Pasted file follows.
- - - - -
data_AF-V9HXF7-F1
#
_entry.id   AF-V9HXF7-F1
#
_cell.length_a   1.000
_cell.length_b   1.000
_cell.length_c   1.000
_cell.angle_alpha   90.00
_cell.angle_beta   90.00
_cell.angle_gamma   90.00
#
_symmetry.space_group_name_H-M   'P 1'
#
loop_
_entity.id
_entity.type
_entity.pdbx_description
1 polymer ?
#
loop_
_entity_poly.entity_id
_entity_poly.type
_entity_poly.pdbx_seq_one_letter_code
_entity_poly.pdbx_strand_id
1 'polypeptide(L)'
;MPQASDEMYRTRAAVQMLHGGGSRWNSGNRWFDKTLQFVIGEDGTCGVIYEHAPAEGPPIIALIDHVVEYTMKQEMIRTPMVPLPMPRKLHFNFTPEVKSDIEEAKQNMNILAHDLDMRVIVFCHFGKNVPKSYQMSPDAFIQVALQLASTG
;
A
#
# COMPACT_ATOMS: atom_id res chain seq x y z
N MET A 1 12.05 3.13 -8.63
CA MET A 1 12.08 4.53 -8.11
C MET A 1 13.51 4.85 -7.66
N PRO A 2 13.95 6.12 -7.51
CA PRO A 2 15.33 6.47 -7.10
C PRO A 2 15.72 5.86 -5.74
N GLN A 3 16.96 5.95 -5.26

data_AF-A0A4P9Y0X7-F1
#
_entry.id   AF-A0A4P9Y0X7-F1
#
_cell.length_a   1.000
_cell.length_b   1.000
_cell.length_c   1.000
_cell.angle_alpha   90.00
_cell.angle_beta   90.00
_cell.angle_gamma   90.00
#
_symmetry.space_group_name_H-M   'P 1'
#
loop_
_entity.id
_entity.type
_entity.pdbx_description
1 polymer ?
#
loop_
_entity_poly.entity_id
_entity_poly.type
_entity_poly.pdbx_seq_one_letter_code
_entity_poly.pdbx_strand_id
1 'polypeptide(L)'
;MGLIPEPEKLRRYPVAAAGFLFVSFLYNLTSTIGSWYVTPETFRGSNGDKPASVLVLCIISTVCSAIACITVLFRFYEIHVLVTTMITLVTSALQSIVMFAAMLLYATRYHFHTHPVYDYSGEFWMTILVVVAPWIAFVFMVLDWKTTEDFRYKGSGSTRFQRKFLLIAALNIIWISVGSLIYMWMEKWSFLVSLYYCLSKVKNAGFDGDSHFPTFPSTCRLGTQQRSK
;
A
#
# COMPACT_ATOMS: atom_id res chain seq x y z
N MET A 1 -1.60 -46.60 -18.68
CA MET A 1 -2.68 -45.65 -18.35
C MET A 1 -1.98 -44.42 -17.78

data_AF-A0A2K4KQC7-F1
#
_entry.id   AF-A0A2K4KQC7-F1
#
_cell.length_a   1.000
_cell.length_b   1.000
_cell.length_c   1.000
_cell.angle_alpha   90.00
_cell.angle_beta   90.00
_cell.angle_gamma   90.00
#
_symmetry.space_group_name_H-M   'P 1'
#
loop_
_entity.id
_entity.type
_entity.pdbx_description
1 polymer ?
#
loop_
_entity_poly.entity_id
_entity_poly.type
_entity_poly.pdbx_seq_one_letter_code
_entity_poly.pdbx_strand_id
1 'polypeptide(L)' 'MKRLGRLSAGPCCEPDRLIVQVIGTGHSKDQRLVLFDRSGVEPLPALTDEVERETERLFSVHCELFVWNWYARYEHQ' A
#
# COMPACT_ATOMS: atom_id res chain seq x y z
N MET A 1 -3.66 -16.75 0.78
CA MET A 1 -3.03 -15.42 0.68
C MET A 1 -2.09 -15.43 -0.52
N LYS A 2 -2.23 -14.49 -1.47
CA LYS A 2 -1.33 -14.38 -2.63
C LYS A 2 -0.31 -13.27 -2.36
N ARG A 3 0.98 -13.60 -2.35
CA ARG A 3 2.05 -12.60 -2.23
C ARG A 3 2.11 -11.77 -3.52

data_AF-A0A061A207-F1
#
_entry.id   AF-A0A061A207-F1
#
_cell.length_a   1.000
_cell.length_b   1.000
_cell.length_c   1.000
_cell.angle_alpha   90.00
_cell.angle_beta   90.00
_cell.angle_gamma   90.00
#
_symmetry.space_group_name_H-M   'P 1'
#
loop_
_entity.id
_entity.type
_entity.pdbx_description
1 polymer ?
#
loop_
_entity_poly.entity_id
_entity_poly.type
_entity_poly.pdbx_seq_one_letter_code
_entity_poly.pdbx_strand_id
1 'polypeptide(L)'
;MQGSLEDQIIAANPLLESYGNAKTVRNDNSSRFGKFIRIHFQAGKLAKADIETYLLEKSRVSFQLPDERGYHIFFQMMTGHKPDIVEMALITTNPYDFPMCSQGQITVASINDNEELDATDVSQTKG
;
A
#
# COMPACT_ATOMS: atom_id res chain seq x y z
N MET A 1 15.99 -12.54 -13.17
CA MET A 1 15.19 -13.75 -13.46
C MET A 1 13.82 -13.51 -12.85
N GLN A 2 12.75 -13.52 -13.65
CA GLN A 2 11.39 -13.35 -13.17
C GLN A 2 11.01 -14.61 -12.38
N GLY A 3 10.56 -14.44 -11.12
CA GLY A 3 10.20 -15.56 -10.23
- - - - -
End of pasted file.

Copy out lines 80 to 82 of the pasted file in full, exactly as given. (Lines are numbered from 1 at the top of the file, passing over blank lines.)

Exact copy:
_cell.angle_gamma   90.00
#
_symmetry.space_group_name_H-M   'P 1'